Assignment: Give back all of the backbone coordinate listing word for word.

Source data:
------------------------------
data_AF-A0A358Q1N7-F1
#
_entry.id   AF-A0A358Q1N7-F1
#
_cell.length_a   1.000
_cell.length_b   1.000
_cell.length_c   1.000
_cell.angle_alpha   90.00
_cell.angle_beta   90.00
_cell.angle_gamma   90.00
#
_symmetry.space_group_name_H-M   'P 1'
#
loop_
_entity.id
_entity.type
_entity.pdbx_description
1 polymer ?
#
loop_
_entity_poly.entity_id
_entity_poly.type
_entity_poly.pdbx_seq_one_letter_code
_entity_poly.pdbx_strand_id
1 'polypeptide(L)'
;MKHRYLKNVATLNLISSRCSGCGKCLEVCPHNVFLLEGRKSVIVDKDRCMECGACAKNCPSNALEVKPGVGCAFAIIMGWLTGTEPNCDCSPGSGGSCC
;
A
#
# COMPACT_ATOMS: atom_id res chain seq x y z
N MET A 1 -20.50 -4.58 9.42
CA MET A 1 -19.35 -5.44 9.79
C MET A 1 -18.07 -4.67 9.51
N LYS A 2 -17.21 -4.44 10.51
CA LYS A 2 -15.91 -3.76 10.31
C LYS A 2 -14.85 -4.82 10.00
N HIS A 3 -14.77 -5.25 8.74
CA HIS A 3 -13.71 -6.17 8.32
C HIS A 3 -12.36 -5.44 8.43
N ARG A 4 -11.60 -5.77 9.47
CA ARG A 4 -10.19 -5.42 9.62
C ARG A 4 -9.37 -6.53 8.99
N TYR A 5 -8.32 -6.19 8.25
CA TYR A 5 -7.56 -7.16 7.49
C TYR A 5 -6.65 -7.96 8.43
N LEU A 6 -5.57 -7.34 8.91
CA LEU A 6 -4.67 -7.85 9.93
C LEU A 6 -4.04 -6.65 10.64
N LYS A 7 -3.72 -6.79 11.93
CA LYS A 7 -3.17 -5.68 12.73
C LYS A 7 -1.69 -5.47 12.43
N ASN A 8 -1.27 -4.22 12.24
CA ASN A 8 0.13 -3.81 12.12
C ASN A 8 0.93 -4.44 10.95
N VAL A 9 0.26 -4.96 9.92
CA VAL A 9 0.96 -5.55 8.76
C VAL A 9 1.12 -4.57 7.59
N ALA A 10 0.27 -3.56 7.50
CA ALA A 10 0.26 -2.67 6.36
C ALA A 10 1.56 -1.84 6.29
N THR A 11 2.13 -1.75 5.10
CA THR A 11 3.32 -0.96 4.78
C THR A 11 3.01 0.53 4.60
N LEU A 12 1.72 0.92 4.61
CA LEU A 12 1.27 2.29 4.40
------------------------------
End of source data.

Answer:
data_AF-A0A358Q1N7-F1
#
_entry.id   AF-A0A358Q1N7-F1
#
_cell.length_a   1.000
_cell.length_b   1.000
_cell.length_c   1.000
_cell.angle_alpha   90.00
_cell.angle_beta   90.00
_cell.angle_gamma   90.00
#
_symmetry.space_group_name_H-M   'P 1'
#
loop_
_entity.id
_entity.type
_entity.pdbx_description
1 polymer ?
#
loop_
_entity_poly.entity_id
_entity_poly.type
_entity_poly.pdbx_seq_one_letter_code
_entity_poly.pdbx_strand_id
1 'polypeptide(L)'
;MKHRYLKNVATLNLISSRCSGCGKCLEVCPHNVFLLEGRKSVIVDKDRCMECGACAKNCPSNALEVKPGVGCAFAIIMGWLTGTEPNCDCSPGSGGSCC
;
A
#
# COMPACT_ATOMS: atom_id res chain seq x y z
N MET A 1 -20.50 -4.58 9.42
CA MET A 1 -19.35 -5.44 9.79
C MET A 1 -18.07 -4.67 9.51
N LYS A 2 -17.21 -4.44 10.51
CA LYS A 2 -15.91 -3.76 10.31
C LYS A 2 -14.85 -4.82 10.00
N HIS A 3 -14.77 -5.25 8.74
CA HIS A 3 -13.71 -6.17 8.32
C HIS A 3 -12.36 -5.44 8.43
N ARG A 4 -11.60 -5.77 9.47
CA ARG A 4 -10.19 -5.42 9.62
C ARG A 4 -9.37 -6.53 8.99
N TYR A 5 -8.32 -6.19 8.25
CA TYR A 5 -7.56 -7.16 7.49
C TYR A 5 -6.65 -7.96 8.43
N LEU A 6 -5.57 -7.34 8.91
CA LEU A 6 -4.67 -7.85 9.93
C LEU A 6 -4.04 -6.65 10.64
N LYS A 7 -3.72 -6.79 11.93
CA LYS A 7 -3.17 -5.68 12.73
C LYS A 7 -1.69 -5.47 12.43
N ASN A 8 -1.27 -4.22 12.24
CA ASN A 8 0.13 -3.81 12.12
C ASN A 8 0.93 -4.44 10.95
N VAL A 9 0.26 -4.96 9.92
CA VAL A 9 0.96 -5.55 8.76
C VAL A 9 1.12 -4.57 7.59
N ALA A 10 0.27 -3.56 7.50
CA ALA A 10 0.26 -2.67 6.36
C ALA A 10 1.56 -1.84 6.29
N THR A 11 2.13 -1.75 5.10
CA THR A 11 3.32 -0.96 4.78
C THR A 11 3.01 0.53 4.60
N LEU A 12 1.72 0.92 4.61
CA LEU A 12 1.27 2.29 4.40